These SA Investors Explain Why They’re Doubling Down On Zenith & Access Bank Shares

    Nairametrics| This February alone about 162 million units of Zenith Bank has crossed hands. The share price has failed to cross the N16 resistance level but instead has breached the support price of  N15. A further sell off and it’s back to the N14 territory. 

    Access Bank on the other hand has seen about 73 million units sold with the share price still struggling to cross the resistance price of N7. It closed at N6. 6 on Wednesday. 

    But this to some people is good news. Reports suggest South African firm, Allan Gray Ltd, the largest manager of non-government investment funds in Africa, has increased its stake in Zenith and Access banks.

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    The Cape Town based investor is said to be betting on Nigeria’s banking industry despite capital controls imposed by the central bank and challenges of Nigeria’s crumbling economy.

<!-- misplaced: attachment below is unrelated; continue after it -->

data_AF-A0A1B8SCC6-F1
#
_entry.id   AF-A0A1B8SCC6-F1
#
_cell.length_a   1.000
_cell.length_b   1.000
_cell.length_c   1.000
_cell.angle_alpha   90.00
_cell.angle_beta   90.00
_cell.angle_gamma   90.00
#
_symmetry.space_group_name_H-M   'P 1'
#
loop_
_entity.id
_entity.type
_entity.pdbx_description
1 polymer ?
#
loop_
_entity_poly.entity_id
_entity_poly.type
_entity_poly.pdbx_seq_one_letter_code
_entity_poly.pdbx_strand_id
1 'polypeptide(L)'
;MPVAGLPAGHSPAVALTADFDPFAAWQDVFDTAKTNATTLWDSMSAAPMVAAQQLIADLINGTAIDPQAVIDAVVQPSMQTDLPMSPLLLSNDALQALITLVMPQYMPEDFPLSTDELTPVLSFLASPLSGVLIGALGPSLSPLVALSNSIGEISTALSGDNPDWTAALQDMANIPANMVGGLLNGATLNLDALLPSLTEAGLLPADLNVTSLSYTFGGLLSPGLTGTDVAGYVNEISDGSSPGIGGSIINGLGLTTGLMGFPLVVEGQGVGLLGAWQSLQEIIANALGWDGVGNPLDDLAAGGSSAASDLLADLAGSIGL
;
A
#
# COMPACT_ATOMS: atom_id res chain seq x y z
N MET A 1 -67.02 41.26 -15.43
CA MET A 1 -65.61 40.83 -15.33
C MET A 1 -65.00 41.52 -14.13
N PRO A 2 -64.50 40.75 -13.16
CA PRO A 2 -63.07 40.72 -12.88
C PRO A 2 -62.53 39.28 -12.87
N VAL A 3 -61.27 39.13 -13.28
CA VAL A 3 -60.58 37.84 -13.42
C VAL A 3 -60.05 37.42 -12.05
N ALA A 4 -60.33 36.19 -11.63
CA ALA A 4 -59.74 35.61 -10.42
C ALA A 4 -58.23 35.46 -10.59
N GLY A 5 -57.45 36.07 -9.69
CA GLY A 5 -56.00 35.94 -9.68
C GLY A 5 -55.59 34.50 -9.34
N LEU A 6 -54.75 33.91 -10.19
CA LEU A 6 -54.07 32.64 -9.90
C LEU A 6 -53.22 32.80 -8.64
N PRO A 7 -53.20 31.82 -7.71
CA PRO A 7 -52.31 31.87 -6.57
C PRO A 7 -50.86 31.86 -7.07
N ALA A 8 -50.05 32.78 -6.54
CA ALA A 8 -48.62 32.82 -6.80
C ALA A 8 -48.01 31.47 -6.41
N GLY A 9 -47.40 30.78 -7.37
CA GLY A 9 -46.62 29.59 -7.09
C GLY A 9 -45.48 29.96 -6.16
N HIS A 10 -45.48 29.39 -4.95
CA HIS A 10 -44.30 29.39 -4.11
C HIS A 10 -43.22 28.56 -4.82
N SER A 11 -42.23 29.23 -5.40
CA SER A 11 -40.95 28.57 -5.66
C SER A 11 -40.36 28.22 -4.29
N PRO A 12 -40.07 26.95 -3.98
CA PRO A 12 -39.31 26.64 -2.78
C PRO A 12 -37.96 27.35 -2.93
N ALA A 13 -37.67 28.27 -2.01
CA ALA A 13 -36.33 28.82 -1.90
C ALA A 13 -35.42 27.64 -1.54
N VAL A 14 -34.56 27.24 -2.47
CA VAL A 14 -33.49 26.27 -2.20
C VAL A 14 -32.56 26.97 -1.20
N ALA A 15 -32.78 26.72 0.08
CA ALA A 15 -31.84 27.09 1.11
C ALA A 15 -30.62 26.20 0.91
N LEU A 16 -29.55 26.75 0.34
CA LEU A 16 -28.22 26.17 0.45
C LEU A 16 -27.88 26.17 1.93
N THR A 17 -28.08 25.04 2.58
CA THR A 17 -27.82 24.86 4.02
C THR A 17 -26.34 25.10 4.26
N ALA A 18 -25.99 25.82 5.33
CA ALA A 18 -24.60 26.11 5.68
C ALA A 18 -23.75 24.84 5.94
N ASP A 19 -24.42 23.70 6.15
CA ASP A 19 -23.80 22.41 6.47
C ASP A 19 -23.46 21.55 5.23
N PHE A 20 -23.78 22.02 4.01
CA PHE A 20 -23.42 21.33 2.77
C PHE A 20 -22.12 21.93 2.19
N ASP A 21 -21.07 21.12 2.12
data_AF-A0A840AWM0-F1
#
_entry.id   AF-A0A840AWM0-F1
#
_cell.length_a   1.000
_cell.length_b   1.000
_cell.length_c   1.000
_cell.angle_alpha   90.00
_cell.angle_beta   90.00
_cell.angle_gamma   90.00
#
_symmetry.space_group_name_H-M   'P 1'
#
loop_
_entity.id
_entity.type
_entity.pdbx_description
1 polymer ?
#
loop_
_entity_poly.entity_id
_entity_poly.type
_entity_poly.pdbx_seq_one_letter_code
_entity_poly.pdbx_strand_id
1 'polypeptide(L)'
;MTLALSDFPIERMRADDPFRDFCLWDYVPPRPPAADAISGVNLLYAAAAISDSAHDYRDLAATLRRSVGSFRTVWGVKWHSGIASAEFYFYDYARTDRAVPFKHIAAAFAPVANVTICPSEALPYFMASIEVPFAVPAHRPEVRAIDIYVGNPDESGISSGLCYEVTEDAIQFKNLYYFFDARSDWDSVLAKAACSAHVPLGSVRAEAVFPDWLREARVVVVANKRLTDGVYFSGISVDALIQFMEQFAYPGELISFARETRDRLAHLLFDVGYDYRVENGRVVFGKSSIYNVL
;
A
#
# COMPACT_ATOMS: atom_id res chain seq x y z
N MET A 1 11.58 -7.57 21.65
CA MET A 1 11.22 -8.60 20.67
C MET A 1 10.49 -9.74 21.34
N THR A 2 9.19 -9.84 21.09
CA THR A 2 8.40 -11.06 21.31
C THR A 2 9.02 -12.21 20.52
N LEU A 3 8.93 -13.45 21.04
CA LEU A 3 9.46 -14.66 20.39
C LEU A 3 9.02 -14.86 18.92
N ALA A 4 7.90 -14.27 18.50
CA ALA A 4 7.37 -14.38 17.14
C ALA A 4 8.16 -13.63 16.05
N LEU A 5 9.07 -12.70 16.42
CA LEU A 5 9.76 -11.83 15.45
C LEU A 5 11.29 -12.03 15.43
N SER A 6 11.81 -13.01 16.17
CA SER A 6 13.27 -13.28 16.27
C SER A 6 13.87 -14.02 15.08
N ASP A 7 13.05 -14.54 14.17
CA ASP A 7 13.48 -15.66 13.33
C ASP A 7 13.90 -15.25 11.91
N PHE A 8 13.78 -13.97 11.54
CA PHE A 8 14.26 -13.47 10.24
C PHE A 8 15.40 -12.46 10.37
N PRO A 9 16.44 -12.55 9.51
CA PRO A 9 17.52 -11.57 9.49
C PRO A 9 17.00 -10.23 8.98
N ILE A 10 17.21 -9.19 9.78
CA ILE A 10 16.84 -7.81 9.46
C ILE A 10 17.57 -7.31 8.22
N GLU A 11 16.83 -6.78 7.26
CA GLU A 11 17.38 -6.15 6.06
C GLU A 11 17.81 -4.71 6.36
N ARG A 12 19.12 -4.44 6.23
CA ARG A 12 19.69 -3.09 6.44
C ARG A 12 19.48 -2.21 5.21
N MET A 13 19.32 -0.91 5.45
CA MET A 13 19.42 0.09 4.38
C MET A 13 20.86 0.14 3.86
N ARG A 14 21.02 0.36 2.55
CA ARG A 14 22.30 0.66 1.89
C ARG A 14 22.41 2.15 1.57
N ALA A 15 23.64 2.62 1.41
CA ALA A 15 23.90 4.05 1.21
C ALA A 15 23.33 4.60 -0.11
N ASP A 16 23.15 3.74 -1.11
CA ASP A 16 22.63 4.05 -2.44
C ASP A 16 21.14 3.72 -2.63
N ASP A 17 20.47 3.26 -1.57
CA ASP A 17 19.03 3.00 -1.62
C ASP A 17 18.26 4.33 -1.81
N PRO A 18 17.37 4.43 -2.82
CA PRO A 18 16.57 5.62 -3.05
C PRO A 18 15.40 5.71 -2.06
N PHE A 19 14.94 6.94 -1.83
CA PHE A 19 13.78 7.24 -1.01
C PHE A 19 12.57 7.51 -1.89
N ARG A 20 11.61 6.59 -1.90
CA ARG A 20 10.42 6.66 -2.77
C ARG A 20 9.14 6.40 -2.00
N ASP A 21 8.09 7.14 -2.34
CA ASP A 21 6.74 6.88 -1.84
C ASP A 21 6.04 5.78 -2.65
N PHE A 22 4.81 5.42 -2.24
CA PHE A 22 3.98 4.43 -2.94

Allan Gray Chief Investment Officer Andrew Lapping, offered an explanation in a Feb. 10 interview in Cape Town.

    “We see a lot of value in Nigerian banks,” Lapping said. “Most people think they’re all going to zero because of the bad debts. We think they will survive” because high interest rates make the banks profitable and they have less debt to equity compared with European lenders, he said.
    Allan Gray apparently  isn’t the only investor that’s interested in local lenders.

    According to Bloomberg , Laurie Dippenaar, chairman of Johannesburg-based FirstRand Ltd, Africa’s largest bank by market value, said last month that it’s looking to buy a mid-sized bank.

    Diamond Bank Plc, Sterling Bank Plc and Wema Bank Plc were among mid-sized Nigerian lenders that have lost over 40% of their values .  

    Mr Dippenaar isn’t actually deterred as he has put his money where his mouth it. 

    “Everyone thinks the naira is going to weaken, but I’m not so sure,” Lapping said. “The bad-debt problem can cure itself over time.”

    “Maybe we’ve dug ourselves into a hole” by investing in Nigerian banks, Lapping said. “Even if it’s 50-50, going bust or going up, the upside is so much that it’s worth the risk.”

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